2. The physical benefits: I have so much more energy since giving up dairy and my diet is so much more exciting. Before I stuck to the same meals, repeated over and over, now I am looking for new things, choosing new ingredients and experimenting and it is a lot more fun and I feel my body is getting more nutrients and I feel I am taking better care of myself. My skin is amazing, no blotches, no cellulite, no lumps of fat under the skin, a better skin colour and smoother skin in general. My breath is always fresh and doesn't smell of rotting food (sorry meat eaters but you do smell of meat a lot of the time). My figure has changed, not only did I drop a lot of weight in the first month but my shape has changed, admittedly I practice yoga regularly but have always done that so veganism must have made the difference...and it's a good difference. My nails are stronger and I have half moons at the bottom of the nail (I was always told that was a good sign you are getting enough calcium) where I never had them before, my hair is softer and shiner (I used to colour my hair but now it looks so healthy I no longer do it), my joints never feel stiff, I have fewer colds and I have less bags under my eyes even though Heidi still wakes me up at 6am most mornings!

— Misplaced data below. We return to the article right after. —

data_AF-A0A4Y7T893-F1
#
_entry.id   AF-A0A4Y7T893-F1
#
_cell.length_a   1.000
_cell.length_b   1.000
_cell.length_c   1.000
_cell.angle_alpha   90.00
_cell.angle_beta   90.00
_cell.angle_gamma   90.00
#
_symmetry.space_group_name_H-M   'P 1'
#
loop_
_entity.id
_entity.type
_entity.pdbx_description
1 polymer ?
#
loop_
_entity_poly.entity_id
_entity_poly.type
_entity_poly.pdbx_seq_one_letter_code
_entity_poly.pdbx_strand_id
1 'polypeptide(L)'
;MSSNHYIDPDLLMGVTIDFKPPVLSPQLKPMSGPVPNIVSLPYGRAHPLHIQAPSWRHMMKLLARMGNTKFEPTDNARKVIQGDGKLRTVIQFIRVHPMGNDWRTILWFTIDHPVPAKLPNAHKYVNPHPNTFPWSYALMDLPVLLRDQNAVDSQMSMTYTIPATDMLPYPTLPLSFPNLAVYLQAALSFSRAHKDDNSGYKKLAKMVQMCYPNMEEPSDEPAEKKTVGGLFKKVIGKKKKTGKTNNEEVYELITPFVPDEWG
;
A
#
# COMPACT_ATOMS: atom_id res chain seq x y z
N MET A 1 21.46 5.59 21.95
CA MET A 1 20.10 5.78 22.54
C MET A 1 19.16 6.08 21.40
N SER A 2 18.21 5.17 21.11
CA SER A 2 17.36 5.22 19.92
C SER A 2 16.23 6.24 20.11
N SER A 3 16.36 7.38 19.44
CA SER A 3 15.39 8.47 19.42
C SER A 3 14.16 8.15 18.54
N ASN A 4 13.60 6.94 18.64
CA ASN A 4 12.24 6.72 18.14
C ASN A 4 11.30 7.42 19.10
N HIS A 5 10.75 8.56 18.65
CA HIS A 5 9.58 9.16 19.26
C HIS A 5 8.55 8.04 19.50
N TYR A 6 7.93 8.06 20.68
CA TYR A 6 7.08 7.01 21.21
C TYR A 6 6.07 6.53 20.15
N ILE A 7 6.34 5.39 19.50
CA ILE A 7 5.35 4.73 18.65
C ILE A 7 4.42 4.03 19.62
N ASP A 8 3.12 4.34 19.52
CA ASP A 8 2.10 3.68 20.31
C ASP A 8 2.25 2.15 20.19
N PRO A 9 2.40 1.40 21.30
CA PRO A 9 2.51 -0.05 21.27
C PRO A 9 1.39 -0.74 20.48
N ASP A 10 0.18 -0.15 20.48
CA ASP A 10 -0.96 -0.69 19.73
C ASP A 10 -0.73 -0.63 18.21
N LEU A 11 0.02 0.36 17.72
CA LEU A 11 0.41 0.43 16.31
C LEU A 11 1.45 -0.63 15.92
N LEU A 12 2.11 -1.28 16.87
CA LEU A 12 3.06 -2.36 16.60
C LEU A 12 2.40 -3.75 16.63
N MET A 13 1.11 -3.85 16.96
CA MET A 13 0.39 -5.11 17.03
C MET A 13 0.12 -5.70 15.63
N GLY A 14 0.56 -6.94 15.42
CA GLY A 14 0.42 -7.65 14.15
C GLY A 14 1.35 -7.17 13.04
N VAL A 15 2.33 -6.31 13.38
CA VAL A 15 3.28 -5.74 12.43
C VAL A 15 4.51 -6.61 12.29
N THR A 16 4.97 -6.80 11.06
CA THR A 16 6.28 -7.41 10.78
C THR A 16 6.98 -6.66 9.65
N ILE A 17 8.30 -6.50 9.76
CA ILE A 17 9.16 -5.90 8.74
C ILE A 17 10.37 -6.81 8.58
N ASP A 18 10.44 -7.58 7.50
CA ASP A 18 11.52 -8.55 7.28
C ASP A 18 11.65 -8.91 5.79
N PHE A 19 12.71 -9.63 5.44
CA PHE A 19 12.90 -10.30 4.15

I am sure I've missed some but I hope this list gives you some food for thought and if the psychological benefits don't get you, maybe you'd like some of the physical benefits! What's the harm in giving it a go for a month or even a week and see how you feel. What could you lose, apart from an ingrained untruth that meat eating is acceptable.

Saturday, 26 April 2008


It's a beautiful Saturday morning here in our Arctic hideaway. Matthew has taken Heidi and the dogs down to the lake, then he is off to collect a paddling pool and sandpit I bought for the kids last week but couldn't fit into the car (the boot now refuses to open on our clapped out volvo) and I'm sure he will get a few odd glances carrying a paddling pool considering we are still surrounded by heaps of snow! My justification is that there were 2 in the shop and I spent all last Summer trying to find something suitable that I didn't have to build myself so I wasn't about to let it go!